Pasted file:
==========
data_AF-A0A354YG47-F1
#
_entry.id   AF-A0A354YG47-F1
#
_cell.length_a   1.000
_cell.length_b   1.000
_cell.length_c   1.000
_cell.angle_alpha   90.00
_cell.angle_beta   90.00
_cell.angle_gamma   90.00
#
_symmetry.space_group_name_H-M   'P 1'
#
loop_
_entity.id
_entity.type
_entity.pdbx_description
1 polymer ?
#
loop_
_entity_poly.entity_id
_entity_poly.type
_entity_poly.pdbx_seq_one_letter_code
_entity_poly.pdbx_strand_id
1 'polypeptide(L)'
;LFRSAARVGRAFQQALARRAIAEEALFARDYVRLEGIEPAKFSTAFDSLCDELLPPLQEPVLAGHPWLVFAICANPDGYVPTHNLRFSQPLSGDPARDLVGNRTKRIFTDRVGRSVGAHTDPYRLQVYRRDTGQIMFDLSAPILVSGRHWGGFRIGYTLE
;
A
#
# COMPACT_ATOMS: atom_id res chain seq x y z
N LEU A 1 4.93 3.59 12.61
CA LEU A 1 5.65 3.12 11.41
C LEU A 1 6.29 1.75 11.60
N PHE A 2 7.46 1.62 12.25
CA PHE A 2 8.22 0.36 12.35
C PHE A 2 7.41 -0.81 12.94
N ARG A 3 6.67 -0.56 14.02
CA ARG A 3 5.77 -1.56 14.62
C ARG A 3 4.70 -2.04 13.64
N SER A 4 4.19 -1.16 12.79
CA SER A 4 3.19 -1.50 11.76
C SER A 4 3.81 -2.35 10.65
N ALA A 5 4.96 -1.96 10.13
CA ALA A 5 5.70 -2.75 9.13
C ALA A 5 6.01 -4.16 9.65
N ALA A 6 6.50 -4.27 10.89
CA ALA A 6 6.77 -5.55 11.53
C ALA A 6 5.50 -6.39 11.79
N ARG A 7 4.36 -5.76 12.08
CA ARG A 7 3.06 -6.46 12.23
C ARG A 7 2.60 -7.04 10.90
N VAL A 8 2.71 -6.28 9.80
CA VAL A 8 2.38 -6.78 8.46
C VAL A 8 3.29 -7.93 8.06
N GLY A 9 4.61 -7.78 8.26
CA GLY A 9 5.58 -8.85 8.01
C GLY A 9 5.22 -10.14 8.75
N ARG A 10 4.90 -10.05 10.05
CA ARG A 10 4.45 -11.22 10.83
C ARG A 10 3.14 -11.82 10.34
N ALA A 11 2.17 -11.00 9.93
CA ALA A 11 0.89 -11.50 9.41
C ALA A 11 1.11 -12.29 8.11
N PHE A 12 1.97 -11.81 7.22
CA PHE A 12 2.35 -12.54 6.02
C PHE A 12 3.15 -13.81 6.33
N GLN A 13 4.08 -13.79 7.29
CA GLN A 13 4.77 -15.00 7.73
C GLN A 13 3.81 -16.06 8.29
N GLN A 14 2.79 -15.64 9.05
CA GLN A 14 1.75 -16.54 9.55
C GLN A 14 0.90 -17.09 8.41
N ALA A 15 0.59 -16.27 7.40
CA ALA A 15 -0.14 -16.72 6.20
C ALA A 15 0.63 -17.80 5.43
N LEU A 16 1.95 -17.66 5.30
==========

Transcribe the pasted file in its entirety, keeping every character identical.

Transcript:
data_AF-A0A354YG47-F1
#
_entry.id   AF-A0A354YG47-F1
#
_cell.length_a   1.000
_cell.length_b   1.000
_cell.length_c   1.000
_cell.angle_alpha   90.00
_cell.angle_beta   90.00
_cell.angle_gamma   90.00
#
_symmetry.space_group_name_H-M   'P 1'
#
loop_
_entity.id
_entity.type
_entity.pdbx_description
1 polymer ?
#
loop_
_entity_poly.entity_id
_entity_poly.type
_entity_poly.pdbx_seq_one_letter_code
_entity_poly.pdbx_strand_id
1 'polypeptide(L)'
;LFRSAARVGRAFQQALARRAIAEEALFARDYVRLEGIEPAKFSTAFDSLCDELLPPLQEPVLAGHPWLVFAICANPDGYVPTHNLRFSQPLSGDPARDLVGNRTKRIFTDRVGRSVGAHTDPYRLQVYRRDTGQIMFDLSAPILVSGRHWGGFRIGYTLE
;
A
#
# COMPACT_ATOMS: atom_id res chain seq x y z
N LEU A 1 4.93 3.59 12.61
CA LEU A 1 5.65 3.12 11.41
C LEU A 1 6.29 1.75 11.60
N PHE A 2 7.46 1.62 12.25
CA PHE A 2 8.22 0.36 12.35
C PHE A 2 7.41 -0.81 12.94
N ARG A 3 6.67 -0.56 14.02
CA ARG A 3 5.77 -1.56 14.62
C ARG A 3 4.70 -2.04 13.64
N SER A 4 4.19 -1.16 12.79
CA SER A 4 3.19 -1.50 11.76
C SER A 4 3.81 -2.35 10.65
N ALA A 5 4.96 -1.96 10.13
CA ALA A 5 5.70 -2.75 9.13
C ALA A 5 6.01 -4.16 9.65
N ALA A 6 6.50 -4.27 10.89
CA ALA A 6 6.77 -5.55 11.53
C ALA A 6 5.50 -6.39 11.79
N ARG A 7 4.36 -5.76 12.08
CA ARG A 7 3.06 -6.46 12.23
C ARG A 7 2.60 -7.04 10.90
N VAL A 8 2.71 -6.28 9.80
CA VAL A 8 2.38 -6.78 8.46
C VAL A 8 3.29 -7.93 8.06
N GLY A 9 4.61 -7.78 8.26
CA GLY A 9 5.58 -8.85 8.01
C GLY A 9 5.22 -10.14 8.75
N ARG A 10 4.90 -10.05 10.05
CA ARG A 10 4.45 -11.22 10.83
C ARG A 10 3.14 -11.82 10.34
N ALA A 11 2.17 -11.00 9.93
CA ALA A 11 0.89 -11.50 9.41
C ALA A 11 1.11 -12.29 8.11
N PHE A 12 1.97 -11.81 7.22
CA PHE A 12 2.35 -12.54 6.02
C PHE A 12 3.15 -13.81 6.33
N GLN A 13 4.08 -13.79 7.29
CA GLN A 13 4.77 -15.00 7.73
C GLN A 13 3.81 -16.06 8.29
N GLN A 14 2.79 -15.64 9.05
CA GLN A 14 1.75 -16.54 9.55
C GLN A 14 0.90 -17.09 8.41
N ALA A 15 0.59 -16.27 7.40
CA ALA A 15 -0.14 -16.72 6.20
C ALA A 15 0.63 -17.80 5.43
N LEU A 16 1.95 -17.66 5.30